# Is there a way I can separately store all of my new commands in a single file?

Basically what the title says. I feel like if this is possible it's probably well known but I didn't find anything from searching. I just want to have a single place where I can store all of my new commands, then load the single file into any TeX document I make so I'm not constantly having to reenter them. Is this possible/easy to do?

• while keeping all your definitions in one place is actually a good idea, what isn't a good idea is submitting the whole thing to a publisher with a manuscript when only a few of the definitions are actually needed there. this can cause problems in preparation of manuscripts for publication -- publishers typically have their own commands as required for production of books and journals, and it's possible that some of their command names may overlap with some of yours. at the very least, "cleaning up" will take time and hair-pulling, both expensive. – barbara beeton Nov 5 '15 at 20:35

You can create a file for example mycommands.tex. There you can write your own commands as usual in TeX/LaTeX.

File mycommands.tex:

\newcommand ...    % first own command
\newcommand ...    % second own command
\endinput          % to close this file

\documentclass{article}
\usepackage{hyperref}
\input{mycommands.tex}

\begin{document}
...
\end{document}
• Thanks! So I'm assuming there's no way to do this with the "mycommands.tex" file in a separate directory? – Alex Mathers Nov 5 '15 at 3:43
• Why mycommands.tex? Surely the normal advice is to write mycommands.sty and load it the normal way: \usepackage{mycommands}? (Admittedly, there are exceptions to this, but that's usually for fairly 'advanced' reasons.) – jon Nov 5 '15 at 6:12

I also couldn't find an answer to this exact question when searching, so here's what I do: I place all my commands into one file, called preamble.tex, which goes in the same directory as the main file. Then, I call \input{preamble.tex} from the main file.

For example, here's a preamble.tex:

\newcommand{\eggs}{1}
\newcommand{\wine}{2}
\newcommand{\ziti}{3}

And here's main.tex, in the same directory:

\documentclass{article}
\input{preamble.tex}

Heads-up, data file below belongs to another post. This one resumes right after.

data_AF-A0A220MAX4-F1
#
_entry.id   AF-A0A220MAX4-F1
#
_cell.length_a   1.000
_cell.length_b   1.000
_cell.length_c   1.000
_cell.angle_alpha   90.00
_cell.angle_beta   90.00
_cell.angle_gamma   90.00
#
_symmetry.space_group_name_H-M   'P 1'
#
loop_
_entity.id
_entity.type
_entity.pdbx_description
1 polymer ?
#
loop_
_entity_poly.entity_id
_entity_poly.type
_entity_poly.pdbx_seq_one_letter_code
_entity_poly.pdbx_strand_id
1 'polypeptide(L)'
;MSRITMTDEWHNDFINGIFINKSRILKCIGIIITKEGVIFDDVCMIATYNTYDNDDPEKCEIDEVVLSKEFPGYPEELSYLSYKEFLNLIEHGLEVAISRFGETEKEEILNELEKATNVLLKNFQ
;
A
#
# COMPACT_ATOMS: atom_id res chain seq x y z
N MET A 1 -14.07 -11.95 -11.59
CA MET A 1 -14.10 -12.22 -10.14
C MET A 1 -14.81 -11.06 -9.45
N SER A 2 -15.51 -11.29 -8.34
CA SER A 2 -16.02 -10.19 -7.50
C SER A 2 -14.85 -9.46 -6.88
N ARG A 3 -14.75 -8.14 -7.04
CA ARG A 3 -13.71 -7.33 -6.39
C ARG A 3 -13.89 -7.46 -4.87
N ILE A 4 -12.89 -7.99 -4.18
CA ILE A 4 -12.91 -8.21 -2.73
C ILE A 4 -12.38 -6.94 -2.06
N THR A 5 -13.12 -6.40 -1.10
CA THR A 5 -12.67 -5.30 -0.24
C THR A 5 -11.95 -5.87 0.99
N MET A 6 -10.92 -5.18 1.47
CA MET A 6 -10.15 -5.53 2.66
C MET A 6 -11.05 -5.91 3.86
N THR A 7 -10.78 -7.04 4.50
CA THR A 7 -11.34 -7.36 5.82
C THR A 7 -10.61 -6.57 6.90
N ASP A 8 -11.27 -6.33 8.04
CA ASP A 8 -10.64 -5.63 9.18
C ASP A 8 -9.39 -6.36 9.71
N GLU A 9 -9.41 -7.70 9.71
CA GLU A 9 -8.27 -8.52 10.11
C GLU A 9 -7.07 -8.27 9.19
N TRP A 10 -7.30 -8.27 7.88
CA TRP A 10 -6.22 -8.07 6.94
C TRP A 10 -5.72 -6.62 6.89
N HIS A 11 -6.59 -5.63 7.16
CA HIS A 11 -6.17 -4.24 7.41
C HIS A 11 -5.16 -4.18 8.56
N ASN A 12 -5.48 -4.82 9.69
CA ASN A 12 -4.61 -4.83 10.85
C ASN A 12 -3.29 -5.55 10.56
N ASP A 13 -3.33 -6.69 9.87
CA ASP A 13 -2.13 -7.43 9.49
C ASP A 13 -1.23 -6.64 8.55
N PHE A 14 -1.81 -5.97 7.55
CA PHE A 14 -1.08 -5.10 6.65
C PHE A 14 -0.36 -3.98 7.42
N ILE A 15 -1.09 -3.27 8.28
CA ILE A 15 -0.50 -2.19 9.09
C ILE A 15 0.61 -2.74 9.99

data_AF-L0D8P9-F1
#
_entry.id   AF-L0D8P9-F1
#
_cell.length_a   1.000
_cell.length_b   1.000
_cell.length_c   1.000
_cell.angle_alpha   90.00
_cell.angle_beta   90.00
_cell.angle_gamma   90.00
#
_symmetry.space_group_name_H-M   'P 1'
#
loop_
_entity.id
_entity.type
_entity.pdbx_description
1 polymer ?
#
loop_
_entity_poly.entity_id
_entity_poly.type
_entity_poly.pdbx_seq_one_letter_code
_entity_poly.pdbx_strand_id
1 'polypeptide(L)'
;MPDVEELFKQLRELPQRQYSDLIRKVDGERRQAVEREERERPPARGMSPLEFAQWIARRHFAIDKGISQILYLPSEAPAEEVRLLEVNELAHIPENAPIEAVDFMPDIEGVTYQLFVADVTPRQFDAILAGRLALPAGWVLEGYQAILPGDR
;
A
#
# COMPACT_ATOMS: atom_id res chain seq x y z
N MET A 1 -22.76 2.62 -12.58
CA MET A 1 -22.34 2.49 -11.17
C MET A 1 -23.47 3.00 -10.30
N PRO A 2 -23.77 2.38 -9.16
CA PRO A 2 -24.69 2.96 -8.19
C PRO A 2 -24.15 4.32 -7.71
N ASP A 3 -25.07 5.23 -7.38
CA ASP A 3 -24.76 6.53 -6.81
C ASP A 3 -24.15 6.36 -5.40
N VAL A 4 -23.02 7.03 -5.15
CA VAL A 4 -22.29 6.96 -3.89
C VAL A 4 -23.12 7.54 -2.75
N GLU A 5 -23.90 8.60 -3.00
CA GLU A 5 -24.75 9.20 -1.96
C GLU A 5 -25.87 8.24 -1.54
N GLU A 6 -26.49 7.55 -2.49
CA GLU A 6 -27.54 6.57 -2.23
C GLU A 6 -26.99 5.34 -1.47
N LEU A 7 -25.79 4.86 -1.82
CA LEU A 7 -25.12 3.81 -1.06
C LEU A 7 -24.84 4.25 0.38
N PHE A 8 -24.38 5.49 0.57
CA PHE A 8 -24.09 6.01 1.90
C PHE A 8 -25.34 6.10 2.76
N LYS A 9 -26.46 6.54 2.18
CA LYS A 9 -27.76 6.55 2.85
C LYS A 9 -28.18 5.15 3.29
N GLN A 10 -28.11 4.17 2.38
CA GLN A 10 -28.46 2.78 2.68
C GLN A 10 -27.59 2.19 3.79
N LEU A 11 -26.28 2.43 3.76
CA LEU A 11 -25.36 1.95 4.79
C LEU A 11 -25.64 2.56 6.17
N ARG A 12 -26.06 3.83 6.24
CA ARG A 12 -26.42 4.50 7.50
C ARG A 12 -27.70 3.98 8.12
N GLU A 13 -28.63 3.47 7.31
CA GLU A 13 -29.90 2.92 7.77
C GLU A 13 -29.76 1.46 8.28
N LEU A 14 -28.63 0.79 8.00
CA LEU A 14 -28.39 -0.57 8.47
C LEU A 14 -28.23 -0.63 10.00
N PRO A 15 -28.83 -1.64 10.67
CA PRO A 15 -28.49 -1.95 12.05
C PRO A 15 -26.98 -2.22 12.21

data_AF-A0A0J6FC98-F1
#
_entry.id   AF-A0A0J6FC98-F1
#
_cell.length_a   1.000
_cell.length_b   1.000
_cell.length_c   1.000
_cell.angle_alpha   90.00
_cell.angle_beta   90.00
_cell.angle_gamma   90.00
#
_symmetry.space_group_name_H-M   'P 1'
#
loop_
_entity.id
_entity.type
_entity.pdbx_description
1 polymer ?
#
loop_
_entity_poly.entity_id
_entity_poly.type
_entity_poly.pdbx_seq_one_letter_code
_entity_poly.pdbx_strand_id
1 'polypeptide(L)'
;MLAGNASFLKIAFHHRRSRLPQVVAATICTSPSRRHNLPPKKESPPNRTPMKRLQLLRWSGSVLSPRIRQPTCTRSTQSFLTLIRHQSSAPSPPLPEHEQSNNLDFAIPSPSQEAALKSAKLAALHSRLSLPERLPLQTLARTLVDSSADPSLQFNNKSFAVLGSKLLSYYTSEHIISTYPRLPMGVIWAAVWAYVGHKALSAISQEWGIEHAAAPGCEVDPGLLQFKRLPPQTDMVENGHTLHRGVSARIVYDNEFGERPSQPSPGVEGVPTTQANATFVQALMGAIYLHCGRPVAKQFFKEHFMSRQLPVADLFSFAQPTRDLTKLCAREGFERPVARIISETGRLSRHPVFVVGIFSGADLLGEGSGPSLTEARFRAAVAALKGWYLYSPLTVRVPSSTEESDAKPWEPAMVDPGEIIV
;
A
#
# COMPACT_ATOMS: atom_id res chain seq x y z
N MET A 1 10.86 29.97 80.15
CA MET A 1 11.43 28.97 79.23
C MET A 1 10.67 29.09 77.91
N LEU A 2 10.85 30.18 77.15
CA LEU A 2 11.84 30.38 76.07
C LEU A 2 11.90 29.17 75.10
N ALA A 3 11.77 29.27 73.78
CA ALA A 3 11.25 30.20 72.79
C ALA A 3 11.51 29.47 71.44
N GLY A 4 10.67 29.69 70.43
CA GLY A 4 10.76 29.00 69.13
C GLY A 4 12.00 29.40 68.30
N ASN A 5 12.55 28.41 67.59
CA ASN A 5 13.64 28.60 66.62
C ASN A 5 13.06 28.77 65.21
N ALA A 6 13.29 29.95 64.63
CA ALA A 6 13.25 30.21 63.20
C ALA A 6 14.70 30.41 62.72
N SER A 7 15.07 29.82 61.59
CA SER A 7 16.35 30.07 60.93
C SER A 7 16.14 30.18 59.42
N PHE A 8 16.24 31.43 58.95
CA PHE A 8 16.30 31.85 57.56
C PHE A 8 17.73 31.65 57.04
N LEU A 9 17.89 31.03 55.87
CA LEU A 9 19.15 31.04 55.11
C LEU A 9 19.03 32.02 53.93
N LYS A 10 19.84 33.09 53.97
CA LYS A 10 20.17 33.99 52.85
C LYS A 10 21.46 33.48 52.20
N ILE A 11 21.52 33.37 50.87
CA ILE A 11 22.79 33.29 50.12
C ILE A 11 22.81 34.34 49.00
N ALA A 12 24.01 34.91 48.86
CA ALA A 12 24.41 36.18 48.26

\begin{document}
$\eggs + \wine = \ziti$.
\end{document}

If your preamble grows large enough, you may consider turning it into a package, which is discussed in this post.

• I'm using MiKTeX 2.9. The main reason for me is, that \input can input all kind of files like test.txt or test.cfg or ... \include can't. So writing \input{mycommands.tex} documents what one is doing. BTW: I learned it in this way years ago. It may be that you can omit it now, but I think it is a good way to document which file is used (and so I am sure that not a file mycommands.txt or similar existing in the same directory is used). – Kurt Nov 5 '15 at 4:42
• Oh, I never thought about it as best practices. That makes a lot of sense; thank you! I've edited my post. – Arun Debray Nov 5 '15 at 4:52

I know that it might sound strange, but in this case I suggest to keep it simple and use copy-and-paste. You could \input a file or create a .sty package, but this creates an additional dependency that you have to keep synchronized and distribute with your documents.

Whether you decide to keep a single instance of the file containing your commands or copy it in multiple directories, it seems complicated to keep track of it across multiple documents, and I don't think there are visible benefits over the good old ctrl-c,ctrl-v (or M-w,C-y, if Emacs is your cup of tea). What happens, for instance, if you make a seemingly trivial change to your master command list and this breaks an old document?

• That's actually a really excellent point. I'll definitely take this into consideration – Alex Mathers Nov 5 '15 at 4:58
• @mathers101 -- This is what bundledoc and arlatex address. Once you want to 'freeze' a document, you use them (or t least bundledoc) to collect a local version of this common file. See, e.g., this answer of mine. This way you get the best of both worlds: common main macro file while writing, then a static, unchanging, and 'local' macro file when the writing is complete. – jon Nov 5 '15 at 6:08